Related Items: The issue surfaced during debate on the Health Regulation Bill, presented by the Minister of Health, Premier Rufus Ewing. Facebook Twitter Google+LinkedInPinterestWhatsApp Hon Edwin Astwood called the laws wonderful and thanked the architects of the proposed legislation; but he stood weary of whether they would be activated to protect the public interest when it comes to complaints of medical malpractice, against IHC hospitals which he cited as the only medical care facility in the country which attracts condemning complaints. Hon Astwood reminded that IHC is not above the law. Hon Dr. Rufus Ewing highlighted that TCI would be among the only countries in the region with such a progressive law; it would require medical facilities to mandatorily have malpractice insurance. Facebook Twitter Google+LinkedInPinterestWhatsAppPDM shadow cabinet minister for Health & Human Services asked the question today… whether government will have the fortitude needed to investigate Interhealth Canada where necessary and if they are found guilty of malpractice, whether the facilities which are owned by the TCI and managed by IHC be subject to penalties outlined in a new bill.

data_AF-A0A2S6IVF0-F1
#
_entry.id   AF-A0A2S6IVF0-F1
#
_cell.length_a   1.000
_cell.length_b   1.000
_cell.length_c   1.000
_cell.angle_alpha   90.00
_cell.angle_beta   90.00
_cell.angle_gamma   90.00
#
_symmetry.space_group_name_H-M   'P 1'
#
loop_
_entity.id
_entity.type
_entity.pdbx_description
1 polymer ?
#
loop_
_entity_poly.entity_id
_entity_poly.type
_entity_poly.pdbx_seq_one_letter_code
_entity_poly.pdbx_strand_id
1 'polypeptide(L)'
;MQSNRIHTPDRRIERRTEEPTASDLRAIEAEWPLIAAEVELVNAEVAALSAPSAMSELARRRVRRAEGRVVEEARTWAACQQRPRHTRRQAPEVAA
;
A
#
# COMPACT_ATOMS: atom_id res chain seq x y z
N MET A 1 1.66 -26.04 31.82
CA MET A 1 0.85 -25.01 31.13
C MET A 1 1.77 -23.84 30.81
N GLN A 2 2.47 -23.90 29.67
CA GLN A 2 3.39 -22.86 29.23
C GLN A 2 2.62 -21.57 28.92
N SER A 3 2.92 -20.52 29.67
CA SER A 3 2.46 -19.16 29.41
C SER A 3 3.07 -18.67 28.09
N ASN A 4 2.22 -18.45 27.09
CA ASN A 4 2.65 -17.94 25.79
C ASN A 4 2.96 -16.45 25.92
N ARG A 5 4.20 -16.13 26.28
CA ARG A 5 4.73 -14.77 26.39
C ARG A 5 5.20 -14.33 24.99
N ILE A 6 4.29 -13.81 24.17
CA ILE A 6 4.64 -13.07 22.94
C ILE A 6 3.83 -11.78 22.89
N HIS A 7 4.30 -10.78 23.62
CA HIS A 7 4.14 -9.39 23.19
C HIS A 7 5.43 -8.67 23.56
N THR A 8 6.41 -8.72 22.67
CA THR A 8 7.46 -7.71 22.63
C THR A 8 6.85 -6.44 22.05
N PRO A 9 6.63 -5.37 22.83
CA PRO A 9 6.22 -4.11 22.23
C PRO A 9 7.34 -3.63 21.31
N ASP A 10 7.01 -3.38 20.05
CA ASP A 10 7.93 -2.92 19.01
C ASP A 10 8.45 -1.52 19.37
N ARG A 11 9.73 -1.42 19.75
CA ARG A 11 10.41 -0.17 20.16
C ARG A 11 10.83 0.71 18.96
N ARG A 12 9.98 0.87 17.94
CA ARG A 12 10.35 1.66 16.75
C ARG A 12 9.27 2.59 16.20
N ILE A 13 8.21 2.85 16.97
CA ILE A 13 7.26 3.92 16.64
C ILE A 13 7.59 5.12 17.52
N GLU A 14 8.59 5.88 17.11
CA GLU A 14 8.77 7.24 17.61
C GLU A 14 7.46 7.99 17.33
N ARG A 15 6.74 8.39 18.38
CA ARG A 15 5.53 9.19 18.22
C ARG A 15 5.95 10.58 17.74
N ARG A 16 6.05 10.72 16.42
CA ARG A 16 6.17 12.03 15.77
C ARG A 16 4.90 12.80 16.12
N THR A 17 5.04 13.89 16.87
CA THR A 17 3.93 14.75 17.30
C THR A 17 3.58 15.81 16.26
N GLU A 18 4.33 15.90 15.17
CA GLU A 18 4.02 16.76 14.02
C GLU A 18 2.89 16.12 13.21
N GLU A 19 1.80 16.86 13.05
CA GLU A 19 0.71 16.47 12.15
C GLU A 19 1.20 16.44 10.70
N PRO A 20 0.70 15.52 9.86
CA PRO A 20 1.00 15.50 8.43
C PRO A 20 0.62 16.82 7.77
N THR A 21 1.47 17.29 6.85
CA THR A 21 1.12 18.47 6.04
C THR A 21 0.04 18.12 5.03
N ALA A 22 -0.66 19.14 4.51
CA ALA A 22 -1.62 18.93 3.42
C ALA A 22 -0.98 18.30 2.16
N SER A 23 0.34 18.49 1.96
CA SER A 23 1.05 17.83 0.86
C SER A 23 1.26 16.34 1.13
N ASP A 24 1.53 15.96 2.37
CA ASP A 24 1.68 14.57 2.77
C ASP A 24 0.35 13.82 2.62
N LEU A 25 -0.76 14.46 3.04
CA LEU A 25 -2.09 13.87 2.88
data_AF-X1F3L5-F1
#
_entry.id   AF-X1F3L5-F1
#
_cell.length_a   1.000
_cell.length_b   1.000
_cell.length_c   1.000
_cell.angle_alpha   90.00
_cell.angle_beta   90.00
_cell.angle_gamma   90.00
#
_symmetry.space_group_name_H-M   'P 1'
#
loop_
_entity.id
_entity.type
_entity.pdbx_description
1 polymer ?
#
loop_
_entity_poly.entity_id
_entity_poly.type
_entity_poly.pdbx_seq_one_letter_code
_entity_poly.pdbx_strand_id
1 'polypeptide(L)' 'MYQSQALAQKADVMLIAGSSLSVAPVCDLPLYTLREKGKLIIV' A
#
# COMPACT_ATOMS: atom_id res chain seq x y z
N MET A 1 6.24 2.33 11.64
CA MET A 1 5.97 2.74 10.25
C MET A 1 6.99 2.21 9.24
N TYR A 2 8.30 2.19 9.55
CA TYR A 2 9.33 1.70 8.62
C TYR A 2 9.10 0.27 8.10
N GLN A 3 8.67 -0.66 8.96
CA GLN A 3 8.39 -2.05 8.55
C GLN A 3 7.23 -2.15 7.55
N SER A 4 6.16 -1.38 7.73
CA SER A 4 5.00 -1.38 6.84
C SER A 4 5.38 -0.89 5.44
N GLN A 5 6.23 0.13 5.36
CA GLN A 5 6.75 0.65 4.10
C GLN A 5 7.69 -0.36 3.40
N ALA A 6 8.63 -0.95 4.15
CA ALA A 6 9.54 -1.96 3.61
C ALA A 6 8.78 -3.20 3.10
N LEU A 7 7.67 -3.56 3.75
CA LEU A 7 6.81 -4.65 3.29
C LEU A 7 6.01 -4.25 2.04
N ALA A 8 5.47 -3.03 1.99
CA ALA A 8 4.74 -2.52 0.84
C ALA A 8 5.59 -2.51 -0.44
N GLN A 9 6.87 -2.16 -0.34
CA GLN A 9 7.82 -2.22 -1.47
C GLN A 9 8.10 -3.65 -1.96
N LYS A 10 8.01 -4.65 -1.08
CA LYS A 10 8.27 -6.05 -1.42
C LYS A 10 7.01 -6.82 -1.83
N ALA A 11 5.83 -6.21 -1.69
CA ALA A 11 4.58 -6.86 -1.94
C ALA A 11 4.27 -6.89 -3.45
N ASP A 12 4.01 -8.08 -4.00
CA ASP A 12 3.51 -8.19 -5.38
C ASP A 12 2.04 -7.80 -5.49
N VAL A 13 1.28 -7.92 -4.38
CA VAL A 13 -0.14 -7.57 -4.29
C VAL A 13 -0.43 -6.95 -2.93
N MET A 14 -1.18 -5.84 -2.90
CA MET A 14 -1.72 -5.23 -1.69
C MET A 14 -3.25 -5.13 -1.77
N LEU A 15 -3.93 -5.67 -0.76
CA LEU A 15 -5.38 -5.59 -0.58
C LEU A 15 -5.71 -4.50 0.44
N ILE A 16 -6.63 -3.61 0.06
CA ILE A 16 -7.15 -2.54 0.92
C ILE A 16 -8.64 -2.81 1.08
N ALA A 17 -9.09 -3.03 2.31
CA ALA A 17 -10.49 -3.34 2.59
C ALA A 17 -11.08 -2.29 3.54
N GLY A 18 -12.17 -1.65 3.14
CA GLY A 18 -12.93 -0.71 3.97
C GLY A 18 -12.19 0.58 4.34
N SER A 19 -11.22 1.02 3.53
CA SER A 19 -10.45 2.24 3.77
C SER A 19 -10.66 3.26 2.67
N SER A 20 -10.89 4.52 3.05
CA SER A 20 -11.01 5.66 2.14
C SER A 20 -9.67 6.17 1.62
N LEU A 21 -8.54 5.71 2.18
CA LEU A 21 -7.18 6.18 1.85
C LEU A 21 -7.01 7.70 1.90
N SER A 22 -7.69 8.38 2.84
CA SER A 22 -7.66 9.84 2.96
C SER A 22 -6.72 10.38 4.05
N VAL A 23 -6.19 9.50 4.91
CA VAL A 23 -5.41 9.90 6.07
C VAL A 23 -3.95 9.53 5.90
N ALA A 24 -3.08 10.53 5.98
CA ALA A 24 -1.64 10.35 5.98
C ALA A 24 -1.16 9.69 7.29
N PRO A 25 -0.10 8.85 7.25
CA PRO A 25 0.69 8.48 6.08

Facebook Twitter Google+LinkedInPinterestWhatsAppTurks and Caicos, July 26, 2017 – Providenciales – Around 8:58pm last-night (Tuesday 25th July 2017), Police were dispatched to a home on Hummingbird Lane located in Leeward Gates after the report of a shooting was made to 911.Upon arrival at the location, the victims told officers that they arrived home and met two (2) males inside and when the culprits saw them they fire several gunshots at them. The victims made their escaped unharmed.While on scene a Security officer reported to officers that while at another villa nearby on Tranquilty Lane he was tied up by two male persons about 5’7”, one wearing a yellow t-shirt, white sneakers and a white shirt covering his face. The other wearing all black with a handgun. The culprits got away with his flashlight. Upon making further checks officers noticed where the culprits attempted to enter the villa.The victim was taken to the Chalk Sound Medial Centre for minor injuries he sustained. Investigations are ongoing into both incidents.We are appealing to persons who may have any information that may assist in this investigation to please contact us at 338-5901 or Crimestoppers at 1-800-8477.Press Release: RTCIPF Facebook Twitter Google+LinkedInPinterestWhatsApp Related Items: